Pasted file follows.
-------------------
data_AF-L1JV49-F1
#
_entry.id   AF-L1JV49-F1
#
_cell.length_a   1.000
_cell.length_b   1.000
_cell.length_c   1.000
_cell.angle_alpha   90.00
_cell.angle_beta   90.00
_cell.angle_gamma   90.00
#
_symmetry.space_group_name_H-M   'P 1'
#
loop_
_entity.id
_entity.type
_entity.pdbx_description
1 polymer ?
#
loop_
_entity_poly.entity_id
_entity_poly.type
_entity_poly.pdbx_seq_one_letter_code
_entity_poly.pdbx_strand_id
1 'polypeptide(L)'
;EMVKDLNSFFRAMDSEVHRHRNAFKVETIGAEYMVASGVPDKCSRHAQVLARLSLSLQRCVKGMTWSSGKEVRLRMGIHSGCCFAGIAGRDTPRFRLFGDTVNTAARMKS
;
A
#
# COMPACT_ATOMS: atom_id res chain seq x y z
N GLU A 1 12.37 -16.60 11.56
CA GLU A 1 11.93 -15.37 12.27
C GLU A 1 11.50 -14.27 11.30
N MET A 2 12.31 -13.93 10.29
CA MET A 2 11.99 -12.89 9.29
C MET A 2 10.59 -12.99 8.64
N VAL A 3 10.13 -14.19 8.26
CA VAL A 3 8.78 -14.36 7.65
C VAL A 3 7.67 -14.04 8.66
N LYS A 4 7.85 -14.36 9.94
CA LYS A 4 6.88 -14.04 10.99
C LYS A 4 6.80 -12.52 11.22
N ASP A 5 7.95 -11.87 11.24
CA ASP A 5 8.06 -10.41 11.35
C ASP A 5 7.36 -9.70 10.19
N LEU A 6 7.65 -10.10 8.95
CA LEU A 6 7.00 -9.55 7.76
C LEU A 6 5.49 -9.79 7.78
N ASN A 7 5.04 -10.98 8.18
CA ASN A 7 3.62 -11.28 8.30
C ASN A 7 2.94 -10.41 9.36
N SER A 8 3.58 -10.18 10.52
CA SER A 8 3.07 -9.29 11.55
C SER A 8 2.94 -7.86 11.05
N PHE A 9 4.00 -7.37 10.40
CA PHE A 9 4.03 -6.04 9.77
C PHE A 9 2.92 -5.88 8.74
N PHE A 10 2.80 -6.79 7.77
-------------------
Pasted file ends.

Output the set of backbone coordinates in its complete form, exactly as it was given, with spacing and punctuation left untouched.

data_AF-L1JV49-F1
#
_entry.id   AF-L1JV49-F1
#
_cell.length_a   1.000
_cell.length_b   1.000
_cell.length_c   1.000
_cell.angle_alpha   90.00
_cell.angle_beta   90.00
_cell.angle_gamma   90.00
#
_symmetry.space_group_name_H-M   'P 1'
#
loop_
_entity.id
_entity.type
_entity.pdbx_description
1 polymer ?
#
loop_
_entity_poly.entity_id
_entity_poly.type
_entity_poly.pdbx_seq_one_letter_code
_entity_poly.pdbx_strand_id
1 'polypeptide(L)'
;EMVKDLNSFFRAMDSEVHRHRNAFKVETIGAEYMVASGVPDKCSRHAQVLARLSLSLQRCVKGMTWSSGKEVRLRMGIHSGCCFAGIAGRDTPRFRLFGDTVNTAARMKS
;
A
#
# COMPACT_ATOMS: atom_id res chain seq x y z
N GLU A 1 12.37 -16.60 11.56
CA GLU A 1 11.93 -15.37 12.27
C GLU A 1 11.50 -14.27 11.30
N MET A 2 12.31 -13.93 10.29
CA MET A 2 11.99 -12.89 9.29
C MET A 2 10.59 -12.99 8.64
N VAL A 3 10.13 -14.19 8.26
CA VAL A 3 8.78 -14.36 7.65
C VAL A 3 7.67 -14.04 8.66
N LYS A 4 7.85 -14.36 9.94
CA LYS A 4 6.88 -14.04 10.99
C LYS A 4 6.80 -12.52 11.22
N ASP A 5 7.95 -11.87 11.24
CA ASP A 5 8.06 -10.41 11.35
C ASP A 5 7.36 -9.70 10.19
N LEU A 6 7.65 -10.10 8.95
CA LEU A 6 7.00 -9.55 7.76
C LEU A 6 5.49 -9.79 7.78
N ASN A 7 5.04 -10.98 8.18
CA ASN A 7 3.62 -11.28 8.30
C ASN A 7 2.94 -10.41 9.36
N SER A 8 3.58 -10.18 10.52
CA SER A 8 3.07 -9.29 11.55
C SER A 8 2.94 -7.86 11.05
N PHE A 9 4.00 -7.37 10.40
CA PHE A 9 4.03 -6.04 9.77
C PHE A 9 2.92 -5.88 8.74
N PHE A 10 2.80 -6.79 7.77